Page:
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Behavior

The Cat Pee Survival Guide

If you’re the parent of a cat or kitten that’s starting using your whole house as a toilet instead of the litter box, it’s important to know why it’s happening, how to stop it, and how to effectively clean it up.

First Things First…

The very first thing any cat parent should do if their cat stops using the litter box, is to determine why. Urinating outside of the box is often an indication that something is wrong and your cat should be seen by a veterinarian to rule out any medical reason – especially if your cat has consistently used a litter box in the past.

Some medical reasons for inappropriate elimination include urinary tract infections, diabetes, kidney failure, kidney infections, and thyroid issues. None of these conditions should go ignored or untreated! And, often times after your cat is diagnosed and treated, he will resume using the litter box.

Behavioral Issues

If your veterinarian determines that there’s no medical reason for inappropriately urinating outside of the box, you’re likely dealing with a behavioral issue – and in some cases these can be harder to figure out and solve.

Cats are very sensitive and complex creatures. Here are some of the behavioral reasons a kitty may stop using the litter box:

New Surroundings

Moving to a new home is not only stressful for us – it can wreak havoc on a sensitive kitty! Try to see things from your cat’s perspective. Make sure he’s surrounded by familiar things from your old home, that you’re using the same litter box and type of litter that you previously used, and that the box is in a similar area that it was located in your old home. You might have luck with pheromone diffusers, like Feliway, to help your kitty transition to all the new surroundings with less stress.

New Pets

Adding a new cat or dog to the family may make your existing cat feel threatened, and that could cause inappropriate behavior. Make sure each pet has his or her own personal space, bed, and food & water dishes. Keep a new pet separated from your existing kitty for some time so that they have time to slowly adjust to each other’s scent before they meet face to face. And, if you’ve got more than one cat, you should provide a litter box for each cat, plus one additional.

Litter Box Aversion

Some cats may avoid using the litter box simply because they don’t like the litter you’re using, they don’t like the box, or they don’t like where the litter box is located. Some cats are very particular about their litter boxes. Try switching tounscented litter and that you’re scooping the box at least once a day and thoroughly cleaning it every day to keep odors at bay. Make sure the litter box is in a quiet area of the house and, if you’ve got more than one cat, make sure the box is accessible from more than one direction. If you’re using a covered litter box, try removing the cover as many cats feel trapped inside covered boxes. Also, covered boxes tend to trap odors inside like a smelly port-o-potty – can you blame a cat for not wanting to go in there?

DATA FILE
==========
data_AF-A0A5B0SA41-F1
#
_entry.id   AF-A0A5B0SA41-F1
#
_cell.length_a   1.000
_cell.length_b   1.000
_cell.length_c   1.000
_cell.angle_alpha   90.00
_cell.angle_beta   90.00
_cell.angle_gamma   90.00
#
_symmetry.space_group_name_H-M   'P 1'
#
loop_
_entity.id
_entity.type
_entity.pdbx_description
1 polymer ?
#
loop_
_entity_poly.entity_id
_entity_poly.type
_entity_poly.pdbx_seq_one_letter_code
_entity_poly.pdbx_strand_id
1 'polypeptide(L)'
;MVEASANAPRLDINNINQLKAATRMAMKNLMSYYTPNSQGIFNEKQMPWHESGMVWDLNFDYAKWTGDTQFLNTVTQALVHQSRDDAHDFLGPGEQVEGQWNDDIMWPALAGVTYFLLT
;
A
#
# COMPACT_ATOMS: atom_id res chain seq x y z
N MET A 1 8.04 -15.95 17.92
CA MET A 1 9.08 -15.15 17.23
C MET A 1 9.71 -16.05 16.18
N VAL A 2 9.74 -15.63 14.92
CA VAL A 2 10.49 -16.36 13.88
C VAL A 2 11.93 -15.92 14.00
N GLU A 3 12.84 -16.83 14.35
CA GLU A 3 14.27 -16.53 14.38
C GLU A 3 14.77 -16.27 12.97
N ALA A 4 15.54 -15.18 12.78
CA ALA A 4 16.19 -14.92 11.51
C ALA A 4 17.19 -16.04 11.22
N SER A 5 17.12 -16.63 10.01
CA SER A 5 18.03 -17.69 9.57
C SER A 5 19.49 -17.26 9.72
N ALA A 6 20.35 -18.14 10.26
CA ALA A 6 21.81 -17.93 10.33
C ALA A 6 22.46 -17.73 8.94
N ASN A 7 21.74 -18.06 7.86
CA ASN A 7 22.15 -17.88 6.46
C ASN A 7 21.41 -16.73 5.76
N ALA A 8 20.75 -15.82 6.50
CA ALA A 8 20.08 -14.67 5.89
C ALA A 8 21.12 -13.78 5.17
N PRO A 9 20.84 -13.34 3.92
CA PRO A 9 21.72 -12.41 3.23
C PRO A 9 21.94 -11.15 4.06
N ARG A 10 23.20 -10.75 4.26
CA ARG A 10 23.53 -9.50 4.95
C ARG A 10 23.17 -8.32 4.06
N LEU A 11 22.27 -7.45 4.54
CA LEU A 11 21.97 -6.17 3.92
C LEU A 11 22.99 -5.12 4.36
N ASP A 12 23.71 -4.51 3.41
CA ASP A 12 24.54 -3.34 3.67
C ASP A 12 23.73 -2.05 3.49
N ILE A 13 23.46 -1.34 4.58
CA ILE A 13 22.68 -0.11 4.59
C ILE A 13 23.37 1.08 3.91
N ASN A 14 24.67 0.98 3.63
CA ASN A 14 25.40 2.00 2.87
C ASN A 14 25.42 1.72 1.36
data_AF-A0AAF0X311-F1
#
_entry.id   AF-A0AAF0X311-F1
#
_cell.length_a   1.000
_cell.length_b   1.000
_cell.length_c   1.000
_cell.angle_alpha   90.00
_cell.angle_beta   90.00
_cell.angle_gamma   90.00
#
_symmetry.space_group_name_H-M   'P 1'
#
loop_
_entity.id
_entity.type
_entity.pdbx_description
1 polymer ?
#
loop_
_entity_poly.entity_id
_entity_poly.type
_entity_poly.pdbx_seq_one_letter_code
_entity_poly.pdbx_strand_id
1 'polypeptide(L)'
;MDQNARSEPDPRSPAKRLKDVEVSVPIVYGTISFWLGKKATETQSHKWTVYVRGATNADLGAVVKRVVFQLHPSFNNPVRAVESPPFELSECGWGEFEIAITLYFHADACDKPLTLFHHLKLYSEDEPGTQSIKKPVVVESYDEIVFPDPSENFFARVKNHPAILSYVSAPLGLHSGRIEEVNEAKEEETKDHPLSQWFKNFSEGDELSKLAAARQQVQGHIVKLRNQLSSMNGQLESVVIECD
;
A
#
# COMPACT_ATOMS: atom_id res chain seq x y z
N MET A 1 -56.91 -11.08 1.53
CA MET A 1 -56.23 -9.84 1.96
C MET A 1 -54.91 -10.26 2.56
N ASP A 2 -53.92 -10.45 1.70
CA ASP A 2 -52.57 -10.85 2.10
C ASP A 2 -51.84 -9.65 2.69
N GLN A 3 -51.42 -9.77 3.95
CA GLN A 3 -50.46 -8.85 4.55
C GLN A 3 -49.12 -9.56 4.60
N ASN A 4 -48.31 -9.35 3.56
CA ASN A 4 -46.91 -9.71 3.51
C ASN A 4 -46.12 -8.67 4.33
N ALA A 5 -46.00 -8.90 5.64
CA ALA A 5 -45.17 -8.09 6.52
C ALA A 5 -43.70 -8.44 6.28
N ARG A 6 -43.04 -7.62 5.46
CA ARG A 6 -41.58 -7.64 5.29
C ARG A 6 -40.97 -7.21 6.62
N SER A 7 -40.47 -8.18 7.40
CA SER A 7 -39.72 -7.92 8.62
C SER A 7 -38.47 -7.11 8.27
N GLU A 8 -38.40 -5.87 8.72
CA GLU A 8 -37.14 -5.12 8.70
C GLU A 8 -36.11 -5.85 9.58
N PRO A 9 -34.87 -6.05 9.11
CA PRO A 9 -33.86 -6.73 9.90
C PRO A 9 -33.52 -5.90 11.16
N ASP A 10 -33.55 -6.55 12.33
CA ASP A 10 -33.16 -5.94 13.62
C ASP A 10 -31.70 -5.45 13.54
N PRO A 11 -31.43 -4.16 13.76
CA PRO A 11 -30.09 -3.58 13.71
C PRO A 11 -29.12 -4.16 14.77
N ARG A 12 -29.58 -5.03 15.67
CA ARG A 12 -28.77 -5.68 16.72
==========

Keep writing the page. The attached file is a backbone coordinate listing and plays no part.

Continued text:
Never punish your cat for urinating outside of the litter box. If it’s because of a medical reason, your cat likely can’t help it. If it’s a behavioral issue, then punishing your kitty very well could make the problem worse.

Cleaning

It’s important to realize that cats have a much greater sense of smell than us. For that reason, they can detect urine odors for a long time – even after you’ve cleaned – and once they smell it, they’ll be encouraged to use that same spot to pee. You need to thoroughly clean up cat urine to break the cycle for good.

Find urine stains by using an LED black light. Turn off the lights in your house and shine the black light on carpets, furniture, rugs, and walls to find the source of the problem. Cat urine will glow under the black light.

Once your find urine, you need to properly clean it – not just mask the odor or wipe away the visible stains. We use and recommend Unique
Advanced Cat Odor and Stain Remover. To properly eliminate messes you have to remove both the odor and the stain, and Unique cleaners use a blend of naturally occurring, non-pathogenic bacteria (like you find in your yogurt or kombucha) and enzymes whose food source is the animal waste that is causing the stain or odor to do exactly that. Seriously, try it – you’ll be amazed!

What have you tried to get your cat to stop “thinking outside the box?” What worked and what was unsuccessfull? Let us know with a comment.

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Just when this dog-eat-dog world has handed you all the poop you can take, it's time to walk the dog. Or wash the dog. Or feed the dog. You get the idea. So welcome to the world of easy-to-care-for cats. Entertainment comes bundled in a furry, huggable, self-cleaning cat who won't beg for your food. In his eyes, you don't eat well enough anyway. Just keep a laser pen handy, sit back and wait for the fun to begin! Cats...ya gotta love 'em.

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